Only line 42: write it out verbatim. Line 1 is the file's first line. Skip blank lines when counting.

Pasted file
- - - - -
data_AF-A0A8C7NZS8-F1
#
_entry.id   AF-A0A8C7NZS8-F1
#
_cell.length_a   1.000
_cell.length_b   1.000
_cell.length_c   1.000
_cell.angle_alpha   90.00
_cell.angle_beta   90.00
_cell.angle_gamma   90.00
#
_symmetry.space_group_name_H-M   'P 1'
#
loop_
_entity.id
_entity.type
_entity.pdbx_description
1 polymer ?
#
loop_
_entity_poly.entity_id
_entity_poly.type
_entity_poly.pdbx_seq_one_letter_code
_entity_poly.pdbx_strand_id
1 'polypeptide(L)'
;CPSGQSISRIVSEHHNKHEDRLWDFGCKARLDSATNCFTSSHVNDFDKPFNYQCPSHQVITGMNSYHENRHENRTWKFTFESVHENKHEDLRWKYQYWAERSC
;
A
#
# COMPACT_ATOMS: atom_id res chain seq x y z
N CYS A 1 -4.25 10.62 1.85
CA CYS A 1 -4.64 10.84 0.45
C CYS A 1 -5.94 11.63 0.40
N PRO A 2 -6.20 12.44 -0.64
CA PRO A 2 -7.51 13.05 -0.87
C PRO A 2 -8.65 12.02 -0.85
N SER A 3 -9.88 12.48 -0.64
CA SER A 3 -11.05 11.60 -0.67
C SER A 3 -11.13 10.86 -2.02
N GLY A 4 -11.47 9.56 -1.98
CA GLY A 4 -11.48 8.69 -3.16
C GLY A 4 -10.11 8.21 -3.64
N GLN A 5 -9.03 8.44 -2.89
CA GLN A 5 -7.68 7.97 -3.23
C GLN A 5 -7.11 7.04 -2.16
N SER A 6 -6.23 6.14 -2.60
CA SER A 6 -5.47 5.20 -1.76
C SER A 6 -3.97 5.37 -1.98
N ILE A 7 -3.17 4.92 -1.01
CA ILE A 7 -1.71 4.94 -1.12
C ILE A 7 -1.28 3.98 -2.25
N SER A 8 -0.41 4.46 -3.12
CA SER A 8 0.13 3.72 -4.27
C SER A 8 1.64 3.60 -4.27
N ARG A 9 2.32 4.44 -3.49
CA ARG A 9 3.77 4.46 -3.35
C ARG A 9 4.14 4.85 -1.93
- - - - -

C GLY A 4 -10.11 8.21 -3.64